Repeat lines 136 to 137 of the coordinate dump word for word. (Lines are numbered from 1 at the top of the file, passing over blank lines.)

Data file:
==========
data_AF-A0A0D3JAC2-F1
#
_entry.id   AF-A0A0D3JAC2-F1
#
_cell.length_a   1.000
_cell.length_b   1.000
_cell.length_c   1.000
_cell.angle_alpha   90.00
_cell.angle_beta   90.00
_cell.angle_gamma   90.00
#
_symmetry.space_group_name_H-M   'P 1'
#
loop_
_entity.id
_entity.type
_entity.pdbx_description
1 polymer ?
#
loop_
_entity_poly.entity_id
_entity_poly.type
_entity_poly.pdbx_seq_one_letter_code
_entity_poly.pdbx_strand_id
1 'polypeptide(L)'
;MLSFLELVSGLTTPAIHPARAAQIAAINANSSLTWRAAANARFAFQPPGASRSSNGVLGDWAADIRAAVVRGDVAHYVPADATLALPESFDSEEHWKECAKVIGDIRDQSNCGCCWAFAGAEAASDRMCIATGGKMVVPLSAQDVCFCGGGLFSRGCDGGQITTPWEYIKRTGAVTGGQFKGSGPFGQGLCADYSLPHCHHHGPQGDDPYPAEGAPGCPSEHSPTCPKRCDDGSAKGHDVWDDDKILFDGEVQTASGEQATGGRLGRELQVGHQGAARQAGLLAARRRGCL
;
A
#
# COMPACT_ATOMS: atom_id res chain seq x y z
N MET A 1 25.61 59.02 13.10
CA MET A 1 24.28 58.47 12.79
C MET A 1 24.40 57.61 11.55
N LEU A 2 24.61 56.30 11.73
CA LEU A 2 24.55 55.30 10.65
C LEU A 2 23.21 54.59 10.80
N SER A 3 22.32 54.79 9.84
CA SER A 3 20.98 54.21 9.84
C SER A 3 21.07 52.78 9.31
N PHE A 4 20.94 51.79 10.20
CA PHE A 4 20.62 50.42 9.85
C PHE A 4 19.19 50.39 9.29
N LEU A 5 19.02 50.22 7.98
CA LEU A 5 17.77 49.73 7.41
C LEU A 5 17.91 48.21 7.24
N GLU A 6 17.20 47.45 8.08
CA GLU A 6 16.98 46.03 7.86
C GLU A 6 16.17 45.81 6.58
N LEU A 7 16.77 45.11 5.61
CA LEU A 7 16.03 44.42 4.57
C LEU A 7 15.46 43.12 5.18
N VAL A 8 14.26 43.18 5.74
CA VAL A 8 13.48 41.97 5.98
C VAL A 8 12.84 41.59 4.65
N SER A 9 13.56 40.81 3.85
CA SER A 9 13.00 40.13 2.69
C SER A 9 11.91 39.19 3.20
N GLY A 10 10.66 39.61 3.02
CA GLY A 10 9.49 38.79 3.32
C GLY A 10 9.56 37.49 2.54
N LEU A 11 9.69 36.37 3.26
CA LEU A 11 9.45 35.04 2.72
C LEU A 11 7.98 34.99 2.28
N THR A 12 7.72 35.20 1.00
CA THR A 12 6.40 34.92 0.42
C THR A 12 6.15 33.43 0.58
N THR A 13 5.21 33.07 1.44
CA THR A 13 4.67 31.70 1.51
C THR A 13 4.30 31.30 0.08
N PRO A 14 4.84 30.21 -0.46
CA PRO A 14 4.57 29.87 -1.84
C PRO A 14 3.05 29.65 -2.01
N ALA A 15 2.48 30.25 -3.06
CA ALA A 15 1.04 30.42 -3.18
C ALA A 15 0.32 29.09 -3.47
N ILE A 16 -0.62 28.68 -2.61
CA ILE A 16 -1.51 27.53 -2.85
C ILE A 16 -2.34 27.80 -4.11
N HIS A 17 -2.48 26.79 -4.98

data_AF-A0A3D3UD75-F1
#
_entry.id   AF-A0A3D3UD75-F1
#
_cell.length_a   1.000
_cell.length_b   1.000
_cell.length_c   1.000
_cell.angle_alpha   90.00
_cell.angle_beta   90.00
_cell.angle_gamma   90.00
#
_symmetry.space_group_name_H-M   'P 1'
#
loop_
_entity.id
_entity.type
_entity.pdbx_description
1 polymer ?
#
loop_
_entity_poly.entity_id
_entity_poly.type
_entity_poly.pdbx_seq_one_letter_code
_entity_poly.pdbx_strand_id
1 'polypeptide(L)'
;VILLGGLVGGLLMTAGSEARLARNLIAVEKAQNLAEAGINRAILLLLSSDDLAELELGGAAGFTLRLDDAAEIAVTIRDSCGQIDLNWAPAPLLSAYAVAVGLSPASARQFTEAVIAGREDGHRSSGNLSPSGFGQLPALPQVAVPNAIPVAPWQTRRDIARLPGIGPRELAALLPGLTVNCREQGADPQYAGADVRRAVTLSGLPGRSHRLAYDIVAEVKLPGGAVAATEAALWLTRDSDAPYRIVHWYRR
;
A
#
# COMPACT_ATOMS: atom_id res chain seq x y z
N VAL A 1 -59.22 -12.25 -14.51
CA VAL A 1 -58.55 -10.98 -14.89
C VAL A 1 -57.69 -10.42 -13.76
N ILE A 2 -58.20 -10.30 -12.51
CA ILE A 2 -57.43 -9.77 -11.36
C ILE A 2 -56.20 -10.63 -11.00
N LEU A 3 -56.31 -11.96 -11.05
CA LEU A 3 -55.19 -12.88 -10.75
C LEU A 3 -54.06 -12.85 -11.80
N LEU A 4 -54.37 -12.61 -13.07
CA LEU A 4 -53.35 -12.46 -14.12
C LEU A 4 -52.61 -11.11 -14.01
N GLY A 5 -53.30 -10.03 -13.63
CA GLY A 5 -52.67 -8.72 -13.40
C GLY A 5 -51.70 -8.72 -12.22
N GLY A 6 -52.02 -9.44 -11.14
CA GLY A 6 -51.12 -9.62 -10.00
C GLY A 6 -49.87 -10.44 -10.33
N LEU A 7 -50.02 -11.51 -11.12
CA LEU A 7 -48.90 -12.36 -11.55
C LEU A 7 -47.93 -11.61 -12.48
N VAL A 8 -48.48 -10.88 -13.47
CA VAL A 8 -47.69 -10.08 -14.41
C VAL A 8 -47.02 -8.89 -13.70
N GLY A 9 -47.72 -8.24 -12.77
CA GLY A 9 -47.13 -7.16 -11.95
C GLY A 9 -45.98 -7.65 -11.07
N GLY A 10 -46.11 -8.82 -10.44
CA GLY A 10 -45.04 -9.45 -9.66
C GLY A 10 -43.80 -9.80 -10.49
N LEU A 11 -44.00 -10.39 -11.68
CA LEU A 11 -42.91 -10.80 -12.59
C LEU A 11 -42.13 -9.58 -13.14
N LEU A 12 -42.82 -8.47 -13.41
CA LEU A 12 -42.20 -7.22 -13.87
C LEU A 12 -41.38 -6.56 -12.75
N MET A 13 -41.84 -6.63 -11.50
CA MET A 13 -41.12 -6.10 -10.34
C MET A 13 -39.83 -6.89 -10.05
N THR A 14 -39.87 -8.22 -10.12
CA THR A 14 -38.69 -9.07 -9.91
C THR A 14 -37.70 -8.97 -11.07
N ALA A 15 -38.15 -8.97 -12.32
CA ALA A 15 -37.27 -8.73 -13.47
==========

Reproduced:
C GLY A 9 -45.98 -7.65 -11.07
N GLY A 10 -46.11 -8.82 -10.44